So you're interested in time travel. Think you can just strap a flux capacitor to your back, get struck by lightning, and become a knight of King Arthur's court before suppertime? Think again.
Time travel is no simple endeavor. Just because you have plutonium, a sweet car from the 1980s and the blessing of your local mad scientist doesn't mean you're ready for what awaits you on the other side of a wormhole (like hungry dinosaurs and probe-happy aliens). Time travel is 98 percent preparation, 1 percent luck, and around 53 percent screaming and running like a scared child*.
So before you go flinging yourself into the waiting jaws of grizzly molecular-decomposition death, consider the following safety tips, a small sampling of what's on offer in the thing you really need to survive your adventures in trans-temporal relocation: So You Created a Wormhole: The Time Traveler's Guide to Time Travel [Berkley Books, $14.99]**. These tips constitute a few of the most important things you should be thinking about before and during your various time travel endeavors, and may well save your life (but probably not), as well as the lives of all the hapless billions you endanger with your wanton disregard for the laws of physics (but probably not).
*Note: Percentages not based on fact.
**Note: Must buy book to live.
Each time machine model has its benefits and risks, so choose wisely. Some things to keep in mind as you dodge probing questions about your personal life from the sleazy used time machine salesman: Skin - Do you want to keep yours? Any open-air models, like giant hamster balls and Sebring convertibles affixed with flux capacitors, tend to result in melted skin. The idea here is to not BBQ yourself. Direction - Which way are you traveling? This matters. For example, a spaceship with faster-than-light capabilities works pretty well for travel to the future, but typically requires you to fly through a black hole in order to travel to the past. Which can kill you. In fact, we're not even technically sure that getting sucked into a black hole in order to time travel even works. Style - The only thing more important than traveling through time is looking good doing it. Add some neon lights. Put some tassels on the handlebars. Consider some gull wing doors. You're a time traveler -- start acting like it.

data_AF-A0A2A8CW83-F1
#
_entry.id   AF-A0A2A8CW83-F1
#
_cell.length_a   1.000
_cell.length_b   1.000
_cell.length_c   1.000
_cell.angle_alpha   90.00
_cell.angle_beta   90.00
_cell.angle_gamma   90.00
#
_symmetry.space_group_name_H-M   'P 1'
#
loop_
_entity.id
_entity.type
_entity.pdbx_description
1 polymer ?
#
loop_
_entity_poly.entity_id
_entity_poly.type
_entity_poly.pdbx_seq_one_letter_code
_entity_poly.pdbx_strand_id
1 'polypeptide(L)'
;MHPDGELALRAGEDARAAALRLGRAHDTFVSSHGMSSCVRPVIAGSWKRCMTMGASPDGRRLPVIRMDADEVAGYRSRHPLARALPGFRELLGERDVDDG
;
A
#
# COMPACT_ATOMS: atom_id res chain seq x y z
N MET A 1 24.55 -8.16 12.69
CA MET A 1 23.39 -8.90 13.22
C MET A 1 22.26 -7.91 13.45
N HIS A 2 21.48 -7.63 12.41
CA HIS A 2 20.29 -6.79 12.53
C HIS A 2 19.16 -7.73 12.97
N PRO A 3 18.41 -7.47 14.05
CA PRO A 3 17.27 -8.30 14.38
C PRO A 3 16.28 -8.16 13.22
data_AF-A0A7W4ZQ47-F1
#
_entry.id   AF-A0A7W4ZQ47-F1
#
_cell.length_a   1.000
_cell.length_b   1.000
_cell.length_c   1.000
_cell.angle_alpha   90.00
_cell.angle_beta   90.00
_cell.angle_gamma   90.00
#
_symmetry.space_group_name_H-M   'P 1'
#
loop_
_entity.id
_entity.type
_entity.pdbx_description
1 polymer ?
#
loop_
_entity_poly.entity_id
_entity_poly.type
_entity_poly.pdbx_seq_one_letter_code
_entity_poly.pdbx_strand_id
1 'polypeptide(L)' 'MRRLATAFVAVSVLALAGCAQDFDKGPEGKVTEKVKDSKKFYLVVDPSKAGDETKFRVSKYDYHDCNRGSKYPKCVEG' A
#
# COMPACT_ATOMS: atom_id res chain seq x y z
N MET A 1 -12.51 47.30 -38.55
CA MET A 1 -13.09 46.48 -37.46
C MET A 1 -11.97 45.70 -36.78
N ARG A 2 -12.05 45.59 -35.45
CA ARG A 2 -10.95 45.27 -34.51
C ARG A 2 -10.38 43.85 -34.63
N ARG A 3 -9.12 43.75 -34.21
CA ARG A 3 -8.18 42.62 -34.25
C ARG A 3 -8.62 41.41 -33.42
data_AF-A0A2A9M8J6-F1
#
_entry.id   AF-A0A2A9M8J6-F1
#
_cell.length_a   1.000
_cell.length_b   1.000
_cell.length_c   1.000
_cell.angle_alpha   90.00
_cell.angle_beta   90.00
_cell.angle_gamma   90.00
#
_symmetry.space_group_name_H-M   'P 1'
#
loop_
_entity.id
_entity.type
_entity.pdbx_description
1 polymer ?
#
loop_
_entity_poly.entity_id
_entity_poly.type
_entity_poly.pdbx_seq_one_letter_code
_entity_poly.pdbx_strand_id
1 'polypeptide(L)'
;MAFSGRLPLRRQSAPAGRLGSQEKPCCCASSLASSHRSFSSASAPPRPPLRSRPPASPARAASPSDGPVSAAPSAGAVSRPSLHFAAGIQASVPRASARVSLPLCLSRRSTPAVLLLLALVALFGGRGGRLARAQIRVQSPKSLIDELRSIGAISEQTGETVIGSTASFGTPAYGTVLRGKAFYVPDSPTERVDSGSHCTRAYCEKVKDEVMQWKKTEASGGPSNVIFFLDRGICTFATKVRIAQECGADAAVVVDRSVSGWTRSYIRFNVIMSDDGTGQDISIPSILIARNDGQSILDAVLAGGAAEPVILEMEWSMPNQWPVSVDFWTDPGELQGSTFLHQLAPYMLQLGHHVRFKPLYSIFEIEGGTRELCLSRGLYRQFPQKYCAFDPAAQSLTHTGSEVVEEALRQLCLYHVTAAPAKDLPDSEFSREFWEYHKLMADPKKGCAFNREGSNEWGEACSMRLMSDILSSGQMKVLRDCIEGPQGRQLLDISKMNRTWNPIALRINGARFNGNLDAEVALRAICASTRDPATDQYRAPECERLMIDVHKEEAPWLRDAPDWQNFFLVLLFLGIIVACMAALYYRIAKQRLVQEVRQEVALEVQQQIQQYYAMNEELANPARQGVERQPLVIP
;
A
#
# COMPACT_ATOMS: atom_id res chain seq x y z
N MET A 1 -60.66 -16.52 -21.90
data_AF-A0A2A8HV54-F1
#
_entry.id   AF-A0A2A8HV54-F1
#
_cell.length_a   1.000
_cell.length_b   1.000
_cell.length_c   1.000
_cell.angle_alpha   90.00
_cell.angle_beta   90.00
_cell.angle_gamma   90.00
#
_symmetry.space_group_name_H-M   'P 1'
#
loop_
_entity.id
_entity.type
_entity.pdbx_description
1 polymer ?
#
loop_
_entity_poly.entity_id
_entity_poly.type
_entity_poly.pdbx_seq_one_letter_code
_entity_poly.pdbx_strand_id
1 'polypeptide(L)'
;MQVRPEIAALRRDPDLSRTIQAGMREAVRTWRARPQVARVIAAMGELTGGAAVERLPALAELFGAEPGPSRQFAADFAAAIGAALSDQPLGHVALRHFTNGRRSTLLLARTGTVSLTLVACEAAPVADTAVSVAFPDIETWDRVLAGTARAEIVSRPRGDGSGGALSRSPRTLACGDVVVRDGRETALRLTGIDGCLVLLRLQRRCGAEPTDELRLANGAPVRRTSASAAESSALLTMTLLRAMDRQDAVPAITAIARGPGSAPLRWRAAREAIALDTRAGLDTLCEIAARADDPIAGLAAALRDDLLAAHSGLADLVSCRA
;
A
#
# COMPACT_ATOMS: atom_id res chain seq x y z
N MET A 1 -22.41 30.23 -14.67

Sure, you've got a time machine with a canopy, but the horrific sizzling of your own flesh is but the least of your worries. It's best to consider every place you might land whilst time traveling an extremely hostile environment -- you'll never know when you're going to wind up in a Mongolian Horde training camp circa 1208, a Plesiosaur's aquatic nest sometime during the mid-Cretaceous, or a Robot Armament Deployment Station during one of their "destroy all humans" tizzies. Always assume that if there's a food chain, you're at the bottom of it, and if there are any people, they will want you dead. Better safe than a forgotten, greasy smear on the underside of the timeline.
We know, the first thing you're likely thinking of doing as soon as you get that plutonium rod inserted into the correct flux receptacle is to go see if you can kill your own grandfather. Just to stick it to Stephen Hawking, probably. But -- well, don't, how about. Paradoxes are more than an academic exercise: they're a real threat to The Universe. Ever been imploded? Trust us, you don't want to be. And while we're not sure that universe-implosion is the definitive sentence for grandpappycide, we guarantee that none of us want to find out. Leave your grandfather (and father, and mother, and ancestors, and Hitler, while you're at it) alone. No sweeping paradox-creating historical changes.